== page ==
• Kyle Persaud

When a Homeowner Dies, What Happens to the House?

Updated: Aug 31

In last week’s blog post, we discussed what happens to a motor vehicle when the vehicle owner dies. Here, we will discuss what happens to a home, when the homeowner dies.

You have a relative who owned a home, and your relative is deceased. You may be asking: Who owns the home now? How do I sell the home?


First, find the original deed (or document) that originally transferred the home to your deceased relative. You may have to go to the office of the county clerk to find this document.


Then look at the deed. When you look at the deed, ask the following questions:


1. Does the deed transfer the home solely to the now-deceased person?

2. Does the deed transfer the home jointly, to the now-deceased person, and another person?

3. Does the deed transfer the home to a trust, partnership, or corporation?


· Does the deed transfer the home solely to the now-deceased person?


If the deed transfers the home solely to the now-deceased person, (and the home was not co-owned by any other person) then, you will have to file a case in probate court, to get the home out of the decedent’s name. If the decedent had a will, the probate court will transfer the home to whomever the decedent named in his will. If the decedent died without a will, the probate court will transfer the home to the decedent’s next of kin, according to the Oklahoma Intestate Succession Law. Click here to see the Oklahoma Intestate Succession Law.


· Does the deed transfer the home jointly, to the now-deceased person, and another person?


Look at the language on the deed. Do you see the language “joint tenancy” or "right of survivorship” or “tenancy by the entirety”?


If the language “joint tenancy” or “right of survivorship” is in the deed, then, that means, that, when one owner dies, the surviving owner or owners automatically become the owner of the property. All that the surviving owner(s) need to do, is file an “affidavit of surviving joint tenant” with the county clerk. Attach a certified copy of the decedent’s death certificate to this “affidavit of surviving joint tenant.” Then, the surviving owner(s) are the owner(s) of the home.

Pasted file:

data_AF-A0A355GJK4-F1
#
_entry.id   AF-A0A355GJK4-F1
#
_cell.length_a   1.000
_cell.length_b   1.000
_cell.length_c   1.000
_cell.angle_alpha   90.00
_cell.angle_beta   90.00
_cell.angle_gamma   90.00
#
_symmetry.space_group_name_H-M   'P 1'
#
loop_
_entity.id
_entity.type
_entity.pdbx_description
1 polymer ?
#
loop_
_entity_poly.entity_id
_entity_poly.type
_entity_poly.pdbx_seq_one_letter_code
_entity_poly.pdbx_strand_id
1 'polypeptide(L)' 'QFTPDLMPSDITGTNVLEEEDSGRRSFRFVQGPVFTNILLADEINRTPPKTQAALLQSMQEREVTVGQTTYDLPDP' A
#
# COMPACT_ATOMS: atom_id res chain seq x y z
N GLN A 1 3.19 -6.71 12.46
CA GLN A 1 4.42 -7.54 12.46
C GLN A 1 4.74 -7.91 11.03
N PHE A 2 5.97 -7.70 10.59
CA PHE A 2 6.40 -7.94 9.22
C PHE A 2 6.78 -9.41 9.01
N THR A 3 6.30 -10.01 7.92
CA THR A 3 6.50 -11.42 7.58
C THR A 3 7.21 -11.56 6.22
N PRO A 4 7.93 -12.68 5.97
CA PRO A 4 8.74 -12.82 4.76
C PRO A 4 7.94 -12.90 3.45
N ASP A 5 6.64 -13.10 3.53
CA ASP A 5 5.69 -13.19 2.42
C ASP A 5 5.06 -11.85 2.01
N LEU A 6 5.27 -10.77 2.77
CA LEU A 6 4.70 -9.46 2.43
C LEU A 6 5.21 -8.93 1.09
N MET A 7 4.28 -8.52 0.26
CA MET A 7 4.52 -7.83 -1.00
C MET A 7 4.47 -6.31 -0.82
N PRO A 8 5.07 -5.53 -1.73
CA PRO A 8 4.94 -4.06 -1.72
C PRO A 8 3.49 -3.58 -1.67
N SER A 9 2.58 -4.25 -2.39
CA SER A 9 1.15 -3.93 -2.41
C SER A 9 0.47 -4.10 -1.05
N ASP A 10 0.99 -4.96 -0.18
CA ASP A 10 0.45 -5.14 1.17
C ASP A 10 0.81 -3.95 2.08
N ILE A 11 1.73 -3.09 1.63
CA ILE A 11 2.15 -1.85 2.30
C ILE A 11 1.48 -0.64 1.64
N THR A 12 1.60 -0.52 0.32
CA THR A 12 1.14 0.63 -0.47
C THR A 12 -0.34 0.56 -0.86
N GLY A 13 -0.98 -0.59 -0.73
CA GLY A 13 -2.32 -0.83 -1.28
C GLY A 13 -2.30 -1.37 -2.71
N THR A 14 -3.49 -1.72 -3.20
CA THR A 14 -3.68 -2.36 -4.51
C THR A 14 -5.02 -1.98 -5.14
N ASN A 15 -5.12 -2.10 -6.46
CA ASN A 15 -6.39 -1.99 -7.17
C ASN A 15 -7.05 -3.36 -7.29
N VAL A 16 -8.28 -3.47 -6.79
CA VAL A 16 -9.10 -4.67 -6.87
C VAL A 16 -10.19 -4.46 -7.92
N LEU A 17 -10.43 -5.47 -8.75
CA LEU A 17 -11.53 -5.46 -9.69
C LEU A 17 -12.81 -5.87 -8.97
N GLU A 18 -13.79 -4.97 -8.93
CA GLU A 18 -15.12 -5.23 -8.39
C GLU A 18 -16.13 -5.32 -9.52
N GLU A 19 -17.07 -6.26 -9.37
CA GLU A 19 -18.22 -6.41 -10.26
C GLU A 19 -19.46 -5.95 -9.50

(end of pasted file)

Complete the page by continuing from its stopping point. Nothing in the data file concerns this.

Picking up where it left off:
A tenancy by the entirety can only exists between persons who are married to each other. If the language “tenancy by the entirety” is in the deed, then, the surviving spouse automatically becomes the owner of the property. All that the surviving spouse needs to do, is file an “affidavit of surviving tenant by the entirety” with the county clerk. Attach a certified copy of the decedent’s death certificate to this “affidavit of surviving tenant by the entirety.” Then, the surviving spouse is the sole owner of the home.


(Of course, if the language “joint tenancy” or “right of survivorship” or “tenancy by the entirety” is in the deed, and all of the owners are now deceased, you will have to go to probate court to get the home out of the name of the deceased persons.)


If the language “joint tenancy” or “right of survivorship” or “tenancy by the entirety” are not in the deed, then, the decedent and the survivor owned the property as “tenants in common.” In this case, after the decedent dies, the following are true:


1. The survivor still owns a partial interest in the property.

2. The decedent also still owns a partial interest in the property, and you will have to go to probate court to get the decedent’s interest out of the name of the decedent. If the decedent had a will, the probate court will transfer the decedent’s interest to whomever the decedent named in his will. If the decedent died without a will, the probate court will transfer the decedent’s interest to the decedent’s next of kin, according to the Oklahoma Intestate Succession Law. Click here to see the Oklahoma Intestate Succession Law.


For more information on the difference between joint tenancy, tenancy by the entireties, and tenancy in common, click on my post here.


· Does the deed transfer the home to a trust, partnership, or corporation?


This often happens. Suppose that your father, John Doe, owned the property, but, in the deed, the property was actually in the name of the “John Doe Revocable Trust.” Or, suppose that the property was actually in the name of a partnership or corporation in which John Doe had an interest.


In this case, after John Doe dies, the property is still in the name of the trust, partnership, or corporation. Find the documents of the trust, partnership, or corporation. Documents of trusts, partnerships, and corporations are not required to be made public, so you may not be able to find these documents on file with a public body. Family members, or others with an interest in the corporation, may have these documents. Look at the documents and see who are the beneficiaries of the trust, or who are the successors in interest of the partnership or corporation. These beneficiaries, or successors in interest, now have a controlling interest in the home.


Some of these steps are complicated, and you may need a lawyer to help you in this matter.


Here is a flowchart that tells what to do when a homeowner has died:




NOTE: The information provided on this website is not intended to be, and does not constitute, the giving of legal advice. The information provided here is not intended to be, and should not be used as, a substitute for individual reliance on privately retained legal counsel. Information provided on this site may not constitute the most current or complete information with respect to legal topics or developments. Mr. Persaud expressly disclaims all liability based on any information contained on this site.”

© 2020, by Kyle Persaud.